Activation of glycolytic genes by HIF-1 is considered critical for metabolic adaptation to hypoxia through increased conversion of glucose to pyruvate and subsequently to lactate. We found that HIF-1 also actively suppresses metabolism through the tricarboxylic acid cycle (TCA) by directly trans-activating the gene encoding pyruvate dehydrogenase kinase 1 (PDK1). PDK1 inactivates the TCA cycle enzyme, pyruvate dehydrogenase (PDH), which converts pyruvate to acetyl-CoA. Forced PDK1 expression in hypoxic HIF-1alpha null cells increases ATP levels, attenuates hypoxic ROS generation, and rescues these cells from hypoxia-induced apoptosis. These studies reveal a hypoxia-induced metabolic switch that shunts glucose metabolites from the mitochondria to glycolysis to maintain ATP production and to prevent toxic ROS production.
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                Author and article information

                Contributors
                Journal
                Front Pharmacol
                Front Pharmacol
                Front. Pharmacol.
                Frontiers in Pharmacology
                Frontiers Media S.A.
                1663-9812
                22 February 2021
                2020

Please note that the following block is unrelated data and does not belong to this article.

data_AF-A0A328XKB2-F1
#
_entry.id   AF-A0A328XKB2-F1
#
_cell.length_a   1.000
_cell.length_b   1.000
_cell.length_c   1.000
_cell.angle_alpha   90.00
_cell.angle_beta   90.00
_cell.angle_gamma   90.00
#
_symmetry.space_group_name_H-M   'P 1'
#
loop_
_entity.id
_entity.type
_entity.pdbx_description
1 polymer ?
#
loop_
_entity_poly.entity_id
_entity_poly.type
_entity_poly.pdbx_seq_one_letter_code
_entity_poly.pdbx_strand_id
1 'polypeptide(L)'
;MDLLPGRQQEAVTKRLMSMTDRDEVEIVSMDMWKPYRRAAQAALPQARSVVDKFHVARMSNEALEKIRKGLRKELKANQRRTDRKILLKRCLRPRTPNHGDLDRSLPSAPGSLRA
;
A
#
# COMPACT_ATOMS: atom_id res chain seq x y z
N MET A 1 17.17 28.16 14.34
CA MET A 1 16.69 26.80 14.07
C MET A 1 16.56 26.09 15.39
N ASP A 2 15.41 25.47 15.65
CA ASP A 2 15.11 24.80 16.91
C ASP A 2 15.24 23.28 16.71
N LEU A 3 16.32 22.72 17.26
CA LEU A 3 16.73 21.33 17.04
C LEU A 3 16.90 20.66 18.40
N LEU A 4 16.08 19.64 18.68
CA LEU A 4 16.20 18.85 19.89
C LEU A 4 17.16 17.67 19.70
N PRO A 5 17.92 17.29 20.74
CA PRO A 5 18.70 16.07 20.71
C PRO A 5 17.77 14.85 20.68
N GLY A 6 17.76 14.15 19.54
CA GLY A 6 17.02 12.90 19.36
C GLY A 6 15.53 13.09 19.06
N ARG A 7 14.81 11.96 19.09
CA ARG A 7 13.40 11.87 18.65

: 11
                Affiliations
                The First Affiliated Hospital of Xinjiang Medical University, Urumqi, China
                Author notes

                Edited by: Naufal Zagidullin, Bashkir State Medical University, Russia

                Reviewed by: Peng Xie, Zunyi Medical University, China

                Huan He, Nanchang University, China

                *Correspondence: Zhongcheng Gong, 565249755@ 123456qq.com
                [†]

                These authors have contributed equally to this work and share first authorship

                This article was submitted to Cardiovascular and Smooth Muscle Pharmacology, a section of the journal Frontiers in Pharmacology

                Article
                624809
                10.3389/fphar.2020.624809
                7938236
                Copyright © 2021 Ma, Li, Hou, Li, Yang, Guo, Li, Xin and Gong.

                This is an open-access article distributed under the terms of the Creative Commons Attribution License (CC BY). The use, distribution or reproduction in other forums is permitted, provided the original author(s) and the copyright owner(s) are credited and that the original publication in this journal is cited, in accordance with accepted academic practice. No use, distribution or reproduction is permitted which does not comply with these terms.

                Categories
                Pharmacology
                Original Research